Tyga Made the Same Song Five Times, But It's Working for Him - Rolling Stone
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Tyga Made the Same Song Five Times, But It’s Working for Him

Ever since the rapper hit big with “Taste,” he’s been happy to repeat himself

Last summer, Nathan Graham, program director for the Detroit pop station WDZH, made a prediction. “The next big song that’s going to be on Top 40 that everyone is completely whiffing on right now is Tyga’s ‘Taste,'” Graham said. “If pop radio would actually give it a look, I think that would be a smash. We’ll see.”

Graham turned out to be right. Thanks to a beat that’s precisely calibrated for car stereos, “Taste” enjoyed four weeks at Number One in the radio format known as “Rhythmic,” which favors an energetic mixture of pop, dance music, hip-hop, R&B and reggaeton. The single was played more 6,000 times during its final week in the top spot, according to data from Mediabase. “Taste” also reached Number Eight on the Hot 100.

Tyga is understandably elated about this achievement. He also appears to be fixated on repeating it. Since releasing “Taste” on May 18, the rapper has released four more songs that sound nearly identical to that single. The latest, “Girls Have Fun,” a collaboration with G-Eazy and Rich the Kid, came out on Friday.

It’s hard not to be impressed with Tyga’s single-minded focus. The core of all five songs is a canonical West Coast hip-hop sound built around simple bass loops and electronic hand-claps. All five tracks return to the simplest of hooks, four- or five-syllable instructions that Tyga delivers with surprising lack of affect: “She can get a taste,” “Ba-back that ass [up],” “Stick out ya tongue.” And all five tracks stay in a narrow tempo range, operating between 95 and 105 beats per minute.

The melodies of these singles are also similar. In “Taste,” an oily vocal fillip glues everything together; in “Swish,” something synth-like delivers a comparable riff; in “Dip,” another “Taste”-y progression is provided by something violin-ish. A pinging sound serves the same function for “Spray,” a Sneakk track that features Tyga as a guest, while “Girls Have Fun” uses both a “Taste”-esque vocal sample and the pinging sound.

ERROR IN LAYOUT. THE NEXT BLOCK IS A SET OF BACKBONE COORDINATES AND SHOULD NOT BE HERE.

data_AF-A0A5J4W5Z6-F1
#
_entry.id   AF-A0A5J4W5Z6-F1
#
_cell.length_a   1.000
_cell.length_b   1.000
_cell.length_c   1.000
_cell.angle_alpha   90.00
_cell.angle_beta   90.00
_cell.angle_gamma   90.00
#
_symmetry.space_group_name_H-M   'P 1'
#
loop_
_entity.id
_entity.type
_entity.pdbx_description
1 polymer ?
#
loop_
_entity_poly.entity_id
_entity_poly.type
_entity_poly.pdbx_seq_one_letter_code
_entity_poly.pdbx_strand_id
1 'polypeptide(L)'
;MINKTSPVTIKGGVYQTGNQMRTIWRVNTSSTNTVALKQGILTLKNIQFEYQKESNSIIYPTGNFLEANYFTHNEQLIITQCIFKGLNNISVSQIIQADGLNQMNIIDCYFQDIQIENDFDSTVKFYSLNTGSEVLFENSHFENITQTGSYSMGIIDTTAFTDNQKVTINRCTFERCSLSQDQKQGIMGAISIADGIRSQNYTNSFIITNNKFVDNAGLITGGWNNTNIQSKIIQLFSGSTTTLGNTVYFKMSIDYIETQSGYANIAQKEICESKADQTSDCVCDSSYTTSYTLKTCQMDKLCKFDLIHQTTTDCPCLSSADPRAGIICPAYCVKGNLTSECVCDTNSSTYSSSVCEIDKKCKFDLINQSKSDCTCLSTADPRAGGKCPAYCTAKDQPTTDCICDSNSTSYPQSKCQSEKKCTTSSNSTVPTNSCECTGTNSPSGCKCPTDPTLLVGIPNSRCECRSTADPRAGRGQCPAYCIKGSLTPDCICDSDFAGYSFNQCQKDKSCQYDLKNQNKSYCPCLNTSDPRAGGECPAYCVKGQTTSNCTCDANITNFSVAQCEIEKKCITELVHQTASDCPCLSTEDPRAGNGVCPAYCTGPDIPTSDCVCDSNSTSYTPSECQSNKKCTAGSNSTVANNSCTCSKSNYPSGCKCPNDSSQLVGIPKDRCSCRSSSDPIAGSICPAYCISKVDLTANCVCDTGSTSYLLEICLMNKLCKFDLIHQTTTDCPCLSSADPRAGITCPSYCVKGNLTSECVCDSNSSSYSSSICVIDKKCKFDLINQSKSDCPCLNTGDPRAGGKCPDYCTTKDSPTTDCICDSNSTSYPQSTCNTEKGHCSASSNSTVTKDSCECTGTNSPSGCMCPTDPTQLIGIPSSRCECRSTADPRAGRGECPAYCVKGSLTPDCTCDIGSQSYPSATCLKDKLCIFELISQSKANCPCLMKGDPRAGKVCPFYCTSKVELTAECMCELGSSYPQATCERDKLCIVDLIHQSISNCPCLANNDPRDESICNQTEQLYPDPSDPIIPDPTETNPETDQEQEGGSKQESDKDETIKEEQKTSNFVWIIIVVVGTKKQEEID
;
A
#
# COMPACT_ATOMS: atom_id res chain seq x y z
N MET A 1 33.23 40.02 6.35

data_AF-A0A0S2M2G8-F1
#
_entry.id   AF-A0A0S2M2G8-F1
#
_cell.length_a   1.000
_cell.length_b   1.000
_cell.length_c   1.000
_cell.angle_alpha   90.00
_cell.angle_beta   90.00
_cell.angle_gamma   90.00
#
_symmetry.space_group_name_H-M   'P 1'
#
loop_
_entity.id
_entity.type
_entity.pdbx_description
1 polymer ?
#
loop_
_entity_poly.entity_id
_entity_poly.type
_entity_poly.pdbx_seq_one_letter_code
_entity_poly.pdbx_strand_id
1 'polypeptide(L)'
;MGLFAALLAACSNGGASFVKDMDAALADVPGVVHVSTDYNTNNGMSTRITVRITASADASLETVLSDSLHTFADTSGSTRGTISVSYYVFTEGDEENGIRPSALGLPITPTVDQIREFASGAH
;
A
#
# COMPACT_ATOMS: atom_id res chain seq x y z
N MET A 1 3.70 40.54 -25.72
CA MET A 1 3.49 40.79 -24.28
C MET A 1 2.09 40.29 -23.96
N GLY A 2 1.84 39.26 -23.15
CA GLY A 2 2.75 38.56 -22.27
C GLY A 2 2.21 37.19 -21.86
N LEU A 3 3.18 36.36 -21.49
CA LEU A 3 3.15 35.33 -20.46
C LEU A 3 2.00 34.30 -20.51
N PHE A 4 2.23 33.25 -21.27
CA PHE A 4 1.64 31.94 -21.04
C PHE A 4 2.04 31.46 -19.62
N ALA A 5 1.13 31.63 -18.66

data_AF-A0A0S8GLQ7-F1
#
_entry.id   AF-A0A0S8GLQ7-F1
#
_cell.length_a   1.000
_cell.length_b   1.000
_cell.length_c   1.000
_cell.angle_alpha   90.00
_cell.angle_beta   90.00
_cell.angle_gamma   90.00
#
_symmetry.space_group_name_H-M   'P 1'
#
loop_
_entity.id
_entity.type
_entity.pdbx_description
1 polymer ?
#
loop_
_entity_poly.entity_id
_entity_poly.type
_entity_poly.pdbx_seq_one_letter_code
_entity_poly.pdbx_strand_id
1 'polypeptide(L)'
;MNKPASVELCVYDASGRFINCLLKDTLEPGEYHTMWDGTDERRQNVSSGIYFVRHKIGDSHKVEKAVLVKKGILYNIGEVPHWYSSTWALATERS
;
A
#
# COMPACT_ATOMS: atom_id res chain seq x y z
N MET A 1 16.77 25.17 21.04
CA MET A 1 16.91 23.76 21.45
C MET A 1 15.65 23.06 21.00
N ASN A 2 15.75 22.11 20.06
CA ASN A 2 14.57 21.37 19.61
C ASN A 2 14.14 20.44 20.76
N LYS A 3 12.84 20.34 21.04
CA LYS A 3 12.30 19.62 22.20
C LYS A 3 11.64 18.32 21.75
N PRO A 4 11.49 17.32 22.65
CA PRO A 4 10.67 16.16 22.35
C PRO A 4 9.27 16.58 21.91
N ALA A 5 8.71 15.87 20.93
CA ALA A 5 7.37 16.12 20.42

The similarity across these tracks is not a coincidence. “Taste,” “Swish” and “Dip” were all produced by D.A. Doman. Doman loves this sound so much, in fact, that he also used it on Kodak Black’s mega-hit “Zeze,” substituting a steel-drum sample in place of the riffs he used in the Tyga singles. Meanwhile, “Girls Have Fun” was produced by DJ Snake, who is an adept mimic: On 2018’s “Maradona Riddim,” Snake brazenly grabbed a previously released hit (Niniola’s “Maradona”), added a drop, and declared it new. With “Girls Have Fun,” the French producer took the same approach, but presumably used “Taste” or “Dip” as a starting point.

Tyga’s dogged commitment to a single sound has mostly paid off. “Taste” is triple-platinum, and it’s enjoying a long post-peak life on the airwaves, with nearly 1,500 plays last week. While none of the follow-ups have reached the same heights, they’ve still managed to find a sizable audience. “Swish” went Gold in November. “Dip” has been in rotation on Rhythmic Radio for almost four months, according to Nielsen BDS. “Spray” was one of the five most-added songs during BDS’ most recent tracking week.

If there’s one constant in pop, it’s the copying impulse: At any given moment, clumps of same-sounding hits rule the charts. “A lot of people like to copy things,” Doman acknowledged in an interview with Rolling Stone last year. “That’s something I saw coming up … when you have a sound, a lot of people try to jack it.” Who needs other people? Tyga is happy to copy himself.

In This Article: Tyga


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